In particular, I think it is important for general educators to be equipped with the skills and knowledge required to better assist students with additional or special needs. Having always attended mainstream school, I believe that this is fundamental for two main reasons.

Firstly, it allows students with these needs to feel supported, which can increase their chances of attaining educational success.  Secondly, teachers may also benefit in that if they are properly prepared, they will be less likely to suffer anxiety or stress at the prospect of instructing students with additional needs

I love music and you can usually find me with a pair of earphones fastened to my ears.  I also like going to the cinema.  I particularly enjoy comedy films because I think that laughter is an essential component of a happy life, which is why I do an awful lot of it!  I am a voracious reader and constantly in search of new material, whatever the genre.

In April 2011, I went surfing with the Disabled Surfers Association of Australia. It was something I have always wanted to do and definitely counts as one of the best experiences of my life. I thought, “I’m in Australia, what better place is there to attempt it?” 

I just typed “disabled” and “surfing” into Google and up came the Disabled Surfers Association. They hold events two or three times a year on different days throughout the country, and it is all completely free.  My Dad and a friend came too, but it was the volunteers who were with me in the water.  They were all eager to help and so encouraging. They are an amazing group of people.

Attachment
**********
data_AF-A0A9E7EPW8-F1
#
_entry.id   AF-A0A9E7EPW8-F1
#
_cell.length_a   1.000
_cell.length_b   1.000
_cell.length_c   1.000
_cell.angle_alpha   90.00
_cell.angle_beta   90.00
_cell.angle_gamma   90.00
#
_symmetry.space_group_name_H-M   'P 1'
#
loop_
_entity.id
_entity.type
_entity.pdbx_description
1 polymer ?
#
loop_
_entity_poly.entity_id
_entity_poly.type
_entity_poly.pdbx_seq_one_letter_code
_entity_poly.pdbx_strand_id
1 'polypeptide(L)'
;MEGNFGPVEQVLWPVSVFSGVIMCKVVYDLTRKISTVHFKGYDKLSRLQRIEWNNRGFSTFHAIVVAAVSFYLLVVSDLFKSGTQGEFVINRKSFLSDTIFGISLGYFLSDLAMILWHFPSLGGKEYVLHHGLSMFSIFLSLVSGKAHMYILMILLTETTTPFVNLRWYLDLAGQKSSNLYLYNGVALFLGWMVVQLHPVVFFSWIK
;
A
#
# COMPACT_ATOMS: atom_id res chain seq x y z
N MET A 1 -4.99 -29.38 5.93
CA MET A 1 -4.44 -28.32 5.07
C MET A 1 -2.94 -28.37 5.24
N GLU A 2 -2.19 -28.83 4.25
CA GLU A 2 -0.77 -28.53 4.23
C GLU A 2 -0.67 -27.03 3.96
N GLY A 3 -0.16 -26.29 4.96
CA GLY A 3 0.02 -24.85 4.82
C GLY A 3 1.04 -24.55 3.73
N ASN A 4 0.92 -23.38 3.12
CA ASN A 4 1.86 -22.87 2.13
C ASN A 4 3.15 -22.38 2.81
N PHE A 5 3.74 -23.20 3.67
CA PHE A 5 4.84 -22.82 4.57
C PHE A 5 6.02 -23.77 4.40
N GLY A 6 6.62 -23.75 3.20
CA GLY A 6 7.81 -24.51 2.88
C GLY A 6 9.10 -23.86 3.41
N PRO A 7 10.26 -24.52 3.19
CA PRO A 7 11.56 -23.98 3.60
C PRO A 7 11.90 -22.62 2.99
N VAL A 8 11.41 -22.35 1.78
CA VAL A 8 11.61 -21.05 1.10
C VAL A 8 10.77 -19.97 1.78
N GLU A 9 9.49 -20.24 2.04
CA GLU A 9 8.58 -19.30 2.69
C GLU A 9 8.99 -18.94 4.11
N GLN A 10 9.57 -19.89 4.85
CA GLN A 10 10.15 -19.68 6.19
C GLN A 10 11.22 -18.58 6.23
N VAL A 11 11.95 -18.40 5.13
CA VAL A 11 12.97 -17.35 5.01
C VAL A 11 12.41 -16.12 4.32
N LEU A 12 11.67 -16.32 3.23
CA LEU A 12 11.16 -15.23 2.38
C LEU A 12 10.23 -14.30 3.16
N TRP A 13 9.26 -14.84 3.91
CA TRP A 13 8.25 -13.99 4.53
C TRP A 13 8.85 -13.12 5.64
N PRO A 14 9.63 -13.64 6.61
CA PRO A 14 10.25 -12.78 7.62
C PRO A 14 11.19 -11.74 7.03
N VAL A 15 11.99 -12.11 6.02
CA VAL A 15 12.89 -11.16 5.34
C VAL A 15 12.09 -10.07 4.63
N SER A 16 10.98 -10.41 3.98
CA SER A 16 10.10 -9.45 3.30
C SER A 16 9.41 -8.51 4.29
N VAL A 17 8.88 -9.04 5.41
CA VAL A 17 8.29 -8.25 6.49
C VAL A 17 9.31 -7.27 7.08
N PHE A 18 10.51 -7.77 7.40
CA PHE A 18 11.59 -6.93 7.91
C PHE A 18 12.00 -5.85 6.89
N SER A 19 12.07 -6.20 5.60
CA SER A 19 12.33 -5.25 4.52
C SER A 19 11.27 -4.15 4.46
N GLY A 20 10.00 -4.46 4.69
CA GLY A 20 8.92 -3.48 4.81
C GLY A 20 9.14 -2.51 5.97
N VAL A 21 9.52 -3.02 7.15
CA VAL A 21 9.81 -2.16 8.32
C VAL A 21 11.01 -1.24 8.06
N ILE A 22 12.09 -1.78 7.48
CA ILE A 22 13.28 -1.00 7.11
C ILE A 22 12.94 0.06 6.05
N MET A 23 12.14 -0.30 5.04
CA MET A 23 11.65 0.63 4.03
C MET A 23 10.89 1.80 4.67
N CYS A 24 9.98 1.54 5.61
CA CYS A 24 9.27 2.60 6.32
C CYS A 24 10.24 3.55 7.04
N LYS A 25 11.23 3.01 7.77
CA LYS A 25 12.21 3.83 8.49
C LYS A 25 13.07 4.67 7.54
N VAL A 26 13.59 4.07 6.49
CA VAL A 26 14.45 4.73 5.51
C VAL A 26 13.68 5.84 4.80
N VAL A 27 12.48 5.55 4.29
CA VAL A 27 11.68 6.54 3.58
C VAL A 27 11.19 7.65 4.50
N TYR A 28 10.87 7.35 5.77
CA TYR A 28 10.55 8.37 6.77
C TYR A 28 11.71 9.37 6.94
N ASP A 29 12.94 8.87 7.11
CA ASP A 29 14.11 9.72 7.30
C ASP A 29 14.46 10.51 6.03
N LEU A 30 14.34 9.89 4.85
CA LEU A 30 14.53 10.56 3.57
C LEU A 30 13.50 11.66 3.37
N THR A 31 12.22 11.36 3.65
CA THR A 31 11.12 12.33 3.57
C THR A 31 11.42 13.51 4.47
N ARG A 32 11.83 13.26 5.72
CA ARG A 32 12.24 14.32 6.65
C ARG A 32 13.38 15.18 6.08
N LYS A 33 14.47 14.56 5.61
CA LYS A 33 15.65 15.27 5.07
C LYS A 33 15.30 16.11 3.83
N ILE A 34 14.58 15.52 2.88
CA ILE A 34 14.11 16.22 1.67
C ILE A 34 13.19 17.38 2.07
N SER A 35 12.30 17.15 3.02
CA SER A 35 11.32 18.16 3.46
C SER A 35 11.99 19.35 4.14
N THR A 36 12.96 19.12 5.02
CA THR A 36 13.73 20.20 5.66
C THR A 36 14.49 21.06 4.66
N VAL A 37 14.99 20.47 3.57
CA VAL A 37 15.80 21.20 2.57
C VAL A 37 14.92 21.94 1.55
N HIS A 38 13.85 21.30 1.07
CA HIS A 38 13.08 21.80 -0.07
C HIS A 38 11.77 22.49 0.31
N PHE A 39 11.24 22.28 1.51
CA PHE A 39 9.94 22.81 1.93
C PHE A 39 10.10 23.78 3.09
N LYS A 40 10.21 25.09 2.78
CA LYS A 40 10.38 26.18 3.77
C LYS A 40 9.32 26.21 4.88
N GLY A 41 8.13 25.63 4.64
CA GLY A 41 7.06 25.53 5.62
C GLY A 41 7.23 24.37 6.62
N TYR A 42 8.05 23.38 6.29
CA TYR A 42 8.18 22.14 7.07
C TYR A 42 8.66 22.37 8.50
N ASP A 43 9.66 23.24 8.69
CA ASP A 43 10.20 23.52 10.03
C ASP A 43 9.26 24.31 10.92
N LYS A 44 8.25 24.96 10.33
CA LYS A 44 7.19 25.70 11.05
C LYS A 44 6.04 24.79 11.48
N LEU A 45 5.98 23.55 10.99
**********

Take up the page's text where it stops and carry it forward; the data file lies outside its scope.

I guess I pursue experiences like this because I do not want my life to be in any way limited.  I think there are a number of opportunities available for people with disabilities to try new things if they know where to look for them.

For example, with the surfing, I thought it might be a possibility, but unless I had looked it up, I would not have known for certain. I might have decided, “Oh, that’s probably not something I can do, I’ll just forget about it”, so I am really glad that I found the organisation.

I think the way in which society is constructed to serve the needs of people without disabilities can sometimes leave people with disabilities feeling disempowered. I believe that everybody’s lives have purpose and value, whatever their circumstances may be.

Whether it is through the time you spend in the community or in the love you give to family and friends, we all contribute to the lives of others.  With every action or word, big or small, you are making a uniquely beautiful, powerful and indelible mark on the world.

© Anuya Pai 2011. Except as provided by the Copyright Act 1968, no part of this publication may be reproduced, stored in a retrieval system or transmitted in any form or by any means without the prior written permission of the author.